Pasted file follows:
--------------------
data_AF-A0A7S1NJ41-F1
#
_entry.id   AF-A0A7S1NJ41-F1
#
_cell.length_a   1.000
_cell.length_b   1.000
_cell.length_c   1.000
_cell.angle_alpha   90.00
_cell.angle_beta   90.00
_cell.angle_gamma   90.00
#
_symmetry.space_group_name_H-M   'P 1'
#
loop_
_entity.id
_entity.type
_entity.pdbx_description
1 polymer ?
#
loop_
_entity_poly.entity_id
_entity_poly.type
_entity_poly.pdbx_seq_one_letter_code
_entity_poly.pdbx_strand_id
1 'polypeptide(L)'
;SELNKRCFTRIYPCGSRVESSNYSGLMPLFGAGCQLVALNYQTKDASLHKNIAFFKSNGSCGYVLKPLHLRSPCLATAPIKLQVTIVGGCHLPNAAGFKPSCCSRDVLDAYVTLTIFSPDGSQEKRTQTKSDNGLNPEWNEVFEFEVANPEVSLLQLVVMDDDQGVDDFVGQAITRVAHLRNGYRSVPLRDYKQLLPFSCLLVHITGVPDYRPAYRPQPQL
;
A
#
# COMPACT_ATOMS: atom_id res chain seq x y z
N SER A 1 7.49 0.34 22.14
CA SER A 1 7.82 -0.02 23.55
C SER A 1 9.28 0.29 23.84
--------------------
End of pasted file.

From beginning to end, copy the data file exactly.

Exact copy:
data_AF-A0A7S1NJ41-F1
#
_entry.id   AF-A0A7S1NJ41-F1
#
_cell.length_a   1.000
_cell.length_b   1.000
_cell.length_c   1.000
_cell.angle_alpha   90.00
_cell.angle_beta   90.00
_cell.angle_gamma   90.00
#
_symmetry.space_group_name_H-M   'P 1'
#
loop_
_entity.id
_entity.type
_entity.pdbx_description
1 polymer ?
#
loop_
_entity_poly.entity_id
_entity_poly.type
_entity_poly.pdbx_seq_one_letter_code
_entity_poly.pdbx_strand_id
1 'polypeptide(L)'
;SELNKRCFTRIYPCGSRVESSNYSGLMPLFGAGCQLVALNYQTKDASLHKNIAFFKSNGSCGYVLKPLHLRSPCLATAPIKLQVTIVGGCHLPNAAGFKPSCCSRDVLDAYVTLTIFSPDGSQEKRTQTKSDNGLNPEWNEVFEFEVANPEVSLLQLVVMDDDQGVDDFVGQAITRVAHLRNGYRSVPLRDYKQLLPFSCLLVHITGVPDYRPAYRPQPQL
;
A
#
# COMPACT_ATOMS: atom_id res chain seq x y z
N SER A 1 7.49 0.34 22.14
CA SER A 1 7.82 -0.02 23.55
C SER A 1 9.28 0.29 23.84